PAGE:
However, these steps are unlikely to pacify the US. It is unlikely that the US trade representative will exclude India from its priority watch list (PWL) of countries with weak/ineffective IPR regimes anytime soon. The Indian Pharmaceutical Alliance (IPA), which comprises top-notch domestic drug companies, has recently dispatched a letter to the USTR, making a strong case for removal of India from the PWL in its 2017 edition. The previous edition included India for allegedly failing to adequately protect IPR in its pharmaceutical sector and expressed concern about the lack of clarity on standards for sections 85 and 92 of the Patents Act pertaining to compulsory licence (CL).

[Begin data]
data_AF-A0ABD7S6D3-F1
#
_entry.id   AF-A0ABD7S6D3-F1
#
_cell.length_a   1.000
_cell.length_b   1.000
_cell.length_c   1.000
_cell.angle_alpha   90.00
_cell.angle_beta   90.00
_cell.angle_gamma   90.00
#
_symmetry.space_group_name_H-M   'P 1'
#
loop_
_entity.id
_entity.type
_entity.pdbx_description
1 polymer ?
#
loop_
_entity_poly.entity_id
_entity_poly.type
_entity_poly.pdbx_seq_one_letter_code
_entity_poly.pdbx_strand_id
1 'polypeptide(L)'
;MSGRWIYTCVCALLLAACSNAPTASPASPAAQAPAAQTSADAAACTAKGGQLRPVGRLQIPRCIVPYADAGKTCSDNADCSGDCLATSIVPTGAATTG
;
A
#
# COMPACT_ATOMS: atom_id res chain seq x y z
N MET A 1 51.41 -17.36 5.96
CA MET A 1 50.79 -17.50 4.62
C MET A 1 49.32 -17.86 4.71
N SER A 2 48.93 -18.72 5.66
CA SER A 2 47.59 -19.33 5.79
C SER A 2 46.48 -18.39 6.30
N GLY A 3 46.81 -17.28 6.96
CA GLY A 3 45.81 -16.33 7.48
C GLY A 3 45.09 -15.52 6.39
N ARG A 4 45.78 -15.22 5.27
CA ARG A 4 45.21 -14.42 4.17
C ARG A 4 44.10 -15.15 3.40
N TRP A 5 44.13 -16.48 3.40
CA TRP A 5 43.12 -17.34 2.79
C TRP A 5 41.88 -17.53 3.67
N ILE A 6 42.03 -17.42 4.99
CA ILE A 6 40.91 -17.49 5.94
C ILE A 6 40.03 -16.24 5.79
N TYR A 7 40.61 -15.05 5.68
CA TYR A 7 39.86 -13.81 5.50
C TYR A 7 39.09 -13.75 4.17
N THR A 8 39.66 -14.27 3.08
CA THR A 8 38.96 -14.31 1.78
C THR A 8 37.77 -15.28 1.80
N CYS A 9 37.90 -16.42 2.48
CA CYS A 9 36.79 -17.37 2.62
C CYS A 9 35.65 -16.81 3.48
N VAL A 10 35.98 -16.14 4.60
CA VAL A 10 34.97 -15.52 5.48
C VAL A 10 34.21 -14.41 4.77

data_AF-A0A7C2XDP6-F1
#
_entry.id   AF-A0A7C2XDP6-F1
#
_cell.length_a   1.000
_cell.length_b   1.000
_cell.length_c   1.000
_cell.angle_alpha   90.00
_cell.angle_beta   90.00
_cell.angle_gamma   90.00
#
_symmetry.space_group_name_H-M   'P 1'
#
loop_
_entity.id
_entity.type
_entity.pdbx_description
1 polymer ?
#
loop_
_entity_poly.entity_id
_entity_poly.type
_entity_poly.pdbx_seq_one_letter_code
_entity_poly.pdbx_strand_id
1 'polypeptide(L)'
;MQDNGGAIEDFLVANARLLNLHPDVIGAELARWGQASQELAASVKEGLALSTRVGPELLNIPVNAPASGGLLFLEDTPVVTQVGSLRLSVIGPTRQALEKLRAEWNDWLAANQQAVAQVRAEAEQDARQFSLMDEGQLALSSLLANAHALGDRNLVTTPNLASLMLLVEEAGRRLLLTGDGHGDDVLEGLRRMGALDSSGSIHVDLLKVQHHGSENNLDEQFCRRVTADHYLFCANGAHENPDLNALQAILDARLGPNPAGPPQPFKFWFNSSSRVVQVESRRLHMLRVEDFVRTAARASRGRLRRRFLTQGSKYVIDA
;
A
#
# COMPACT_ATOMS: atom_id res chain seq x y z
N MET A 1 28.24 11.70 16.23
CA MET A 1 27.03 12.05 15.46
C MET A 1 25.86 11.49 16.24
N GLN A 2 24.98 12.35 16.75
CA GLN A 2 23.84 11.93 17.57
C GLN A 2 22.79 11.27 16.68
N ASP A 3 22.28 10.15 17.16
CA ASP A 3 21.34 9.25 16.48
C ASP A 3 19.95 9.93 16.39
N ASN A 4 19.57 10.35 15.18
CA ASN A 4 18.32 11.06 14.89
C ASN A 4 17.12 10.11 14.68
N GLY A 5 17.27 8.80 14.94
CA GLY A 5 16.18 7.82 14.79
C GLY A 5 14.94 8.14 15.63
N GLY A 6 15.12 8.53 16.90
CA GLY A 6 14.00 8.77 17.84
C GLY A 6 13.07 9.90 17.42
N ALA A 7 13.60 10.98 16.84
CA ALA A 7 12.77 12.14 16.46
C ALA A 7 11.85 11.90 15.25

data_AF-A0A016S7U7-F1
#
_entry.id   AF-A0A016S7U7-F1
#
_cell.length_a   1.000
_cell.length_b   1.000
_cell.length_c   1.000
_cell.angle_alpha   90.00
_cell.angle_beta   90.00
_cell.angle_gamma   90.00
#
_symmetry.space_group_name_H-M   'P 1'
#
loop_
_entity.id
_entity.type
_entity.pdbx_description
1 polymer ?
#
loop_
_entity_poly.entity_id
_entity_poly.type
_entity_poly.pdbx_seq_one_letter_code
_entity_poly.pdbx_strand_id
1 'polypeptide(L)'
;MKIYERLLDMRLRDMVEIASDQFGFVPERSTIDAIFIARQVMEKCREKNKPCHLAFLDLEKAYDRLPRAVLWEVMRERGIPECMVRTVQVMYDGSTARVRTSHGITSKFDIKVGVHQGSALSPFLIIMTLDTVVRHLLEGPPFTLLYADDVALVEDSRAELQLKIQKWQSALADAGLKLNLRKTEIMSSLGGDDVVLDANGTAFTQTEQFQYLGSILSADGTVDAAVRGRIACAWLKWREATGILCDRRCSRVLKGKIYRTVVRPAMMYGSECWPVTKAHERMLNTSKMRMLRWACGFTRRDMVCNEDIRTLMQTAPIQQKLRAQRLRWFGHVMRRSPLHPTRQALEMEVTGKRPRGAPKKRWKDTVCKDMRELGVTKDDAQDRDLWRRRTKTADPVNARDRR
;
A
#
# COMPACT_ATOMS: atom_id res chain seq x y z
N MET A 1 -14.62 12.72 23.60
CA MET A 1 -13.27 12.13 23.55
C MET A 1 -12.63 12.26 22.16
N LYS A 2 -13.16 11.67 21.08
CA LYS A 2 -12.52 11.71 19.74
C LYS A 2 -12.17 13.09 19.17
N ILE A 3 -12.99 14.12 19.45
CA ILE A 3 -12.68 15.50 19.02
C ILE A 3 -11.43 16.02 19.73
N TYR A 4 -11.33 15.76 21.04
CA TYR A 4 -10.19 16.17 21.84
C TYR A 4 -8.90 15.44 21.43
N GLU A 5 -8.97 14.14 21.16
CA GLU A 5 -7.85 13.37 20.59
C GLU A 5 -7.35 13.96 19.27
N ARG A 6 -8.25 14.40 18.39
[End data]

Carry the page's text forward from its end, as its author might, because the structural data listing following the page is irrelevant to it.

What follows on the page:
While under Section 85 only a single issue of grant of compulsory licence by India and a solitary refusal had been reported prior to 2016, no case was reported in 2016, IPA noted. CL is a TRIPS-compliant mechanism under which the signatory nation can allow a local firm/s to manufacture a patented drug under certain defined circumstances, namely, “extreme urgency”, “national emergency” or “public non-commercial use”. “There are attempts by Big Pharma of the US to push India to undertake commitments that are beyond what the WTO’s TRIPS agreement prescribe,”IPA secretary general DG Shah said.
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